a frou frou wedding gown

Did I mention that I’m doing the alterations on Vicky’s wedding gown? Umm, yeah… and it’s been an interesting process so far! I was one of the fortunate few who was there when she found it – and wow, is it amazing! It’s a Reem Acra gown – pure silk satin, with some lovely embroidery and a touch of beading and sparkle.  (As a side note, she bought it at Vows in Watertown, MA… and I am so going back there to find a dress for myself sometime soon… well, unless I decide to go back to making my gown. Put that’s another tale for another day…)

Anyway, she came by last week, gown in hand, to get fitted and decide on the hem length. Well, the bodice needs some alteration above the bust point along each of the front princess seams. No big deal, right? Yeah.

Post alteration... all the bits are pinned in place waiting to be tacked down.

So, nearly four hours later, the bodice is mostly altered (I just broke a machine needle and decided that was a good stopping point) with the following remaining to do:

  • right side lining needing to be taken in
  • the right side canvas interlining needs to be basted back to the interfacing layer
  • right side top edges sewn back together
  • the lining understitched along the top edge
  • lower edge of bodice lining stitched to skirt lining
  • bar tack along the outside edge of each front princess seam to keep lining from rolling out
  • all the embroidery and beading handstitched back in place on the gown front

It took some patience to remove the tacking stitches without wrecking the netting or embroidery!

And THEN we can start on the hem. Yikes. Actually the above should go pretty quickly – the toughest part was removing all the tacking stitches on the embroidery and then rearranging them back over the altered piece. A bit of trial and error on the first side, but now that it’s almost finished, I’m very happy with the results.

The only thing I’m not enjoying is all the bodice layers – 5 all together, plus the embroidery and some interior boning in a few places.  On one hand I love seeing how the gown is constructed. On the other, it’s a b*%@# to take apart and put back together. The embroidery was done on very fine netting, but much of the netting is cut away so that the embroidery appears to be on the surface of the gown. This means that in some places, the individual motifs that were cut to close to the netting are starting to come undone and each individual stitch needs to be tacked back down. Such fun, eh?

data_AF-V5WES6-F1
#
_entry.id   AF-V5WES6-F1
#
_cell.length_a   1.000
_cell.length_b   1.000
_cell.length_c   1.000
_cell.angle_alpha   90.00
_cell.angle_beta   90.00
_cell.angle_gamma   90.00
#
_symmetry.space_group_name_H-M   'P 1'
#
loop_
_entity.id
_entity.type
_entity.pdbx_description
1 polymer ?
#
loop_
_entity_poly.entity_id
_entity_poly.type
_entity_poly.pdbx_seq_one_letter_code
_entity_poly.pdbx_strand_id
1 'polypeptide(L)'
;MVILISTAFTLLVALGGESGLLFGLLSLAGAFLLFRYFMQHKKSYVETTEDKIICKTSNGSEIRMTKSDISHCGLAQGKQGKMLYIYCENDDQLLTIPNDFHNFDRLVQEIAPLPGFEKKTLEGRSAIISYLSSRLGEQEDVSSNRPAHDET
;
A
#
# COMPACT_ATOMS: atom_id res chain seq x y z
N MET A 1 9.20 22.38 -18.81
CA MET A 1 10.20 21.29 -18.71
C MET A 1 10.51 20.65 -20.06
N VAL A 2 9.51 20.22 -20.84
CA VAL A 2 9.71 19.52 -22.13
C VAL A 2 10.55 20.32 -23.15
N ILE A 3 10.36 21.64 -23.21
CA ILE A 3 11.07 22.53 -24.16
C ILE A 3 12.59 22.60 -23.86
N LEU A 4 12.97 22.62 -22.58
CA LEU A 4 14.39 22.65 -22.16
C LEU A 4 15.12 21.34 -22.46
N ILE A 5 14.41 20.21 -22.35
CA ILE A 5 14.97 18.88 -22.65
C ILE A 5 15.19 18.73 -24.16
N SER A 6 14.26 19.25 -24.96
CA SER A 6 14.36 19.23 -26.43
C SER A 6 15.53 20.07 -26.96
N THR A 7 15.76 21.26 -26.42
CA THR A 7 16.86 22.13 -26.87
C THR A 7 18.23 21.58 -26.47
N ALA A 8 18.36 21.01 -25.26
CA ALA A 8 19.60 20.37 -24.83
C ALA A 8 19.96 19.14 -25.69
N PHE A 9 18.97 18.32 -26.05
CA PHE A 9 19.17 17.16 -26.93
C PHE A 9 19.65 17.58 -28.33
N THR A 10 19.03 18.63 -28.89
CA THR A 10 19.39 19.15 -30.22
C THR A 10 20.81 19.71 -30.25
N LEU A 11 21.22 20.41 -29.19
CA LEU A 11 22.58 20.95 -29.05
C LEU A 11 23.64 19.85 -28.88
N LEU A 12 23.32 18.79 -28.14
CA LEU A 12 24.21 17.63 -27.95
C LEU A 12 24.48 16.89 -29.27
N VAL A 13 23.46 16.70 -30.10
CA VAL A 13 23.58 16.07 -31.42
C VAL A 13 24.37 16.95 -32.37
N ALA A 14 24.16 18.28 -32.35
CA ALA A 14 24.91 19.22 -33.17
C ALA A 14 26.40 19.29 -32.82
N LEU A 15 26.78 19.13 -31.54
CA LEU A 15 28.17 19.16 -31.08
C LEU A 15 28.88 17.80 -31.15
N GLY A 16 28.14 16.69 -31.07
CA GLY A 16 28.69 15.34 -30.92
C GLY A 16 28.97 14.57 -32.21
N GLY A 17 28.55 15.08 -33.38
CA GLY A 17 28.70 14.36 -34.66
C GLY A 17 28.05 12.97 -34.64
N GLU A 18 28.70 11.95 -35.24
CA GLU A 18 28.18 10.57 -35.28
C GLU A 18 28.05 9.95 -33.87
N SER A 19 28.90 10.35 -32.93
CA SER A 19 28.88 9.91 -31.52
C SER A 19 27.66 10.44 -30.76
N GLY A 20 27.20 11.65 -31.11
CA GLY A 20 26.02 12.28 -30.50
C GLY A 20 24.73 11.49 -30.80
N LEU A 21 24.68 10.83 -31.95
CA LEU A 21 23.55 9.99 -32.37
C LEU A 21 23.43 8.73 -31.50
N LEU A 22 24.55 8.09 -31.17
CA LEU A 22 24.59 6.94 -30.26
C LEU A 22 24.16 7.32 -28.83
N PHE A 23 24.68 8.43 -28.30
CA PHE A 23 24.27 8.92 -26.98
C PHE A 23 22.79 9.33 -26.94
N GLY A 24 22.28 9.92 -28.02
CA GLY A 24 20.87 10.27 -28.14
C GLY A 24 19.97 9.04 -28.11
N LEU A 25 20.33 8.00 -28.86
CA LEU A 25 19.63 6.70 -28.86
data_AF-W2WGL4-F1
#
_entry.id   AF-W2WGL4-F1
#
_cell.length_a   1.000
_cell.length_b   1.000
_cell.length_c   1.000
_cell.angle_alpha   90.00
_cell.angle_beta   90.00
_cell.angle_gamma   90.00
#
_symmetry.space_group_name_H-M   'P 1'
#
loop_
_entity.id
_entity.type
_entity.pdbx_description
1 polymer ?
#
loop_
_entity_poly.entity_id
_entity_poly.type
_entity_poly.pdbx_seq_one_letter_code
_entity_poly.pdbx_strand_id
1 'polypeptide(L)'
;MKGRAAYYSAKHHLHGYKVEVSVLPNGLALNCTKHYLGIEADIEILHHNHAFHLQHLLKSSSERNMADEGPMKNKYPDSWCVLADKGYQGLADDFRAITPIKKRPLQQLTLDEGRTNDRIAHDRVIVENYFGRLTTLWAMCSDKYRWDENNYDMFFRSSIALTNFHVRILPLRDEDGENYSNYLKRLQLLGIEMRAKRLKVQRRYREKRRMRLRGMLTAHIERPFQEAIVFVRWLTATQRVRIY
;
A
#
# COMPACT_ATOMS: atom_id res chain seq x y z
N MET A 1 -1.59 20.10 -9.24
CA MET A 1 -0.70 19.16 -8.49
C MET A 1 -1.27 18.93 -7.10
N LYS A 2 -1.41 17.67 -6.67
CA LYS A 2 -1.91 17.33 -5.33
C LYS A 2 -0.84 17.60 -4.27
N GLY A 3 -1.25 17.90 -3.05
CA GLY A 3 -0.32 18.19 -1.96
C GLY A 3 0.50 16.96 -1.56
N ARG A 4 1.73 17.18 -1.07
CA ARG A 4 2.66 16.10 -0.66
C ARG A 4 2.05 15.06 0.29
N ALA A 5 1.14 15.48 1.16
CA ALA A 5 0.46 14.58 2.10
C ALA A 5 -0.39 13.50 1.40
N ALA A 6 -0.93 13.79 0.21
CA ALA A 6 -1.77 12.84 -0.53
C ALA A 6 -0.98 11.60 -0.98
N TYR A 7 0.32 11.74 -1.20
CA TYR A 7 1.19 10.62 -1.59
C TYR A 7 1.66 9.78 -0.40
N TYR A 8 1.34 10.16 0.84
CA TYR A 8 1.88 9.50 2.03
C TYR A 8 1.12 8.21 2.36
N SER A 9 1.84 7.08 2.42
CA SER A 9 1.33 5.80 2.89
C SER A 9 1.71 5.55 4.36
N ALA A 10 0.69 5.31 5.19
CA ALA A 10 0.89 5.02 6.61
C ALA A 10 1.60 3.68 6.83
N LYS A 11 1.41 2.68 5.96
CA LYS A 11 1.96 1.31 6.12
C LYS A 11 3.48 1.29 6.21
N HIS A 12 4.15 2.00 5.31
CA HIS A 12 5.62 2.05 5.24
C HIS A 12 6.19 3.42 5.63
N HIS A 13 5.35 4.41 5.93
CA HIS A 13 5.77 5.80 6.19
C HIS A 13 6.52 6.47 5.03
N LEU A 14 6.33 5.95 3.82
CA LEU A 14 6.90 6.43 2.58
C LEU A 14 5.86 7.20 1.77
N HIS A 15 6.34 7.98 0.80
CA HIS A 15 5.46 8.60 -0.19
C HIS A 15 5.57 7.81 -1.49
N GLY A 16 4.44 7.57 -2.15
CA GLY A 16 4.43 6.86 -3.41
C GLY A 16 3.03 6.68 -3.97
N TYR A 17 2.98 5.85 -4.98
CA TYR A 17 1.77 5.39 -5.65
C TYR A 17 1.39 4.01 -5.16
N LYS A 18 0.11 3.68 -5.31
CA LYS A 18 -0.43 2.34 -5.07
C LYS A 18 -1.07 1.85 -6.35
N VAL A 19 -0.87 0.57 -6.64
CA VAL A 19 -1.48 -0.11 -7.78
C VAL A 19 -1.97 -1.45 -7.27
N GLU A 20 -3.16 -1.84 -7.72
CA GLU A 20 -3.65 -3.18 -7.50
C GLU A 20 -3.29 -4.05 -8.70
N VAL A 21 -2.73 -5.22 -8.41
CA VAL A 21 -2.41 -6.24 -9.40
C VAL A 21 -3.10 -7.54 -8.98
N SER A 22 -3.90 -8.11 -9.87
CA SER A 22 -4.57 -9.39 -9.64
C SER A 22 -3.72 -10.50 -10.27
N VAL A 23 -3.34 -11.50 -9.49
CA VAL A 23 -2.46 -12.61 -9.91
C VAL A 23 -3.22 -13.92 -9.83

The next outside layer is the silk satin and that’s underlined with silk organza. Easy enough – except that they are both slippery.

the guts... all six layers

The interfacing layer is a dense but soft canvas – not one I recognize – and it duplicates the bodice in shape but as a separate and distinct layer. Each seam is pressed open and stitched 1/8″ away from either side of every seam, through the seam allowance. Sew through boning is added to most seams, but stops below the bust along the princess seam. There are also extra pieces in the back and at center front. There’s also a piece of tightly woven canvas (feels similar to waistband interfacing) that is basted to wrong side of the interfacing layer, about 1/4″ below the top seam line. That piece is about 2″ wide and extends from side seam to side seam across the front.

Last is the lining – a regular synthetic lining – really pretty basic… and of course, annoying to press as most synthetics are!

Plus many of the layers were basted together – embroidery to top layer, underlining to silk, those three layers to the interfacing – before being sewn and then understitched along the top edge.

However, any small annoyances aside – it’s fun to work on such a gorgeous gown. And despite some of the challenges of working with a gown that is so well made… well, I can’t help but enjoy learning about what went into making it! (Oh and there are photos… but as usual I can’t find the card reader to transfer the pictures. ugh!)

**Edit** Photos finally added!


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